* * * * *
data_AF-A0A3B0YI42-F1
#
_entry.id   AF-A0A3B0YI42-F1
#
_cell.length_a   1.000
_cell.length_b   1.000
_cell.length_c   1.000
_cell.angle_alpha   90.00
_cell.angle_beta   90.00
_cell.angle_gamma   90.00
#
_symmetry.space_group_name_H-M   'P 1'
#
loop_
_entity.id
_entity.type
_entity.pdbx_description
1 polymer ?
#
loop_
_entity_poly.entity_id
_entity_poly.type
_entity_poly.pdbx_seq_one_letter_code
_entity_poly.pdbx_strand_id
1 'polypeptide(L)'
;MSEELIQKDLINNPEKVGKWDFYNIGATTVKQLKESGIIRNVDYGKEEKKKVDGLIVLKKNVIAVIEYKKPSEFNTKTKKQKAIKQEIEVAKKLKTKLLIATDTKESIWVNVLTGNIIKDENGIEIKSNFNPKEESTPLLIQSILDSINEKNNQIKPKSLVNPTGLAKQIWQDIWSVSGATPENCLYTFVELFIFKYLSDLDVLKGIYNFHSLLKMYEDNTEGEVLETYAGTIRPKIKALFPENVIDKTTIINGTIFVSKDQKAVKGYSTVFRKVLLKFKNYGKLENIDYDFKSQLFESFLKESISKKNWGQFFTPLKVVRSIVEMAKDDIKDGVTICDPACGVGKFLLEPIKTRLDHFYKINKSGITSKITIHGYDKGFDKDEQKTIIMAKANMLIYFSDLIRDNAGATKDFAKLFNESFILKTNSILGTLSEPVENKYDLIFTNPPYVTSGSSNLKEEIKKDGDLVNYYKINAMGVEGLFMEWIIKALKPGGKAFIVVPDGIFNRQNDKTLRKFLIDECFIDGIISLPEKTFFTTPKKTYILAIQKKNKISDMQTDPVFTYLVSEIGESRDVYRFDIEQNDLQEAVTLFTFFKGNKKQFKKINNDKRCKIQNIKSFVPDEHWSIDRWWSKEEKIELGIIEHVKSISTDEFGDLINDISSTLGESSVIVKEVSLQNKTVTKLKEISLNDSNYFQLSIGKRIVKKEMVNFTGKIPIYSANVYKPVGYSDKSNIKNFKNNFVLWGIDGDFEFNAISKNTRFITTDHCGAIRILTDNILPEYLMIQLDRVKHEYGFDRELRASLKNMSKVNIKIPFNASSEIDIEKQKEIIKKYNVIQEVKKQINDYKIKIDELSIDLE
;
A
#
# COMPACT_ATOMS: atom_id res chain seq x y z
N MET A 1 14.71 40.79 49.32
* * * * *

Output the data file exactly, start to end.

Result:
data_AF-A0A3B0YI42-F1
#
_entry.id   AF-A0A3B0YI42-F1
#
_cell.length_a   1.000
_cell.length_b   1.000
_cell.length_c   1.000
_cell.angle_alpha   90.00
_cell.angle_beta   90.00
_cell.angle_gamma   90.00
#
_symmetry.space_group_name_H-M   'P 1'
#
loop_
_entity.id
_entity.type
_entity.pdbx_description
1 polymer ?
#
loop_
_entity_poly.entity_id
_entity_poly.type
_entity_poly.pdbx_seq_one_letter_code
_entity_poly.pdbx_strand_id
1 'polypeptide(L)'
;MSEELIQKDLINNPEKVGKWDFYNIGATTVKQLKESGIIRNVDYGKEEKKKVDGLIVLKKNVIAVIEYKKPSEFNTKTKKQKAIKQEIEVAKKLKTKLLIATDTKESIWVNVLTGNIIKDENGIEIKSNFNPKEESTPLLIQSILDSINEKNNQIKPKSLVNPTGLAKQIWQDIWSVSGATPENCLYTFVELFIFKYLSDLDVLKGIYNFHSLLKMYEDNTEGEVLETYAGTIRPKIKALFPENVIDKTTIINGTIFVSKDQKAVKGYSTVFRKVLLKFKNYGKLENIDYDFKSQLFESFLKESISKKNWGQFFTPLKVVRSIVEMAKDDIKDGVTICDPACGVGKFLLEPIKTRLDHFYKINKSGITSKITIHGYDKGFDKDEQKTIIMAKANMLIYFSDLIRDNAGATKDFAKLFNESFILKTNSILGTLSEPVENKYDLIFTNPPYVTSGSSNLKEEIKKDGDLVNYYKINAMGVEGLFMEWIIKALKPGGKAFIVVPDGIFNRQNDKTLRKFLIDECFIDGIISLPEKTFFTTPKKTYILAIQKKNKISDMQTDPVFTYLVSEIGESRDVYRFDIEQNDLQEAVTLFTFFKGNKKQFKKINNDKRCKIQNIKSFVPDEHWSIDRWWSKEEKIELGIIEHVKSISTDEFGDLINDISSTLGESSVIVKEVSLQNKTVTKLKEISLNDSNYFQLSIGKRIVKKEMVNFTGKIPIYSANVYKPVGYSDKSNIKNFKNNFVLWGIDGDFEFNAISKNTRFITTDHCGAIRILTDNILPEYLMIQLDRVKHEYGFDRELRASLKNMSKVNIKIPFNASSEIDIEKQKEIIKKYNVIQEVKKQINDYKIKIDELSIDLE
;
A
#
# COMPACT_ATOMS: atom_id res chain seq x y z
N MET A 1 14.71 40.79 49.32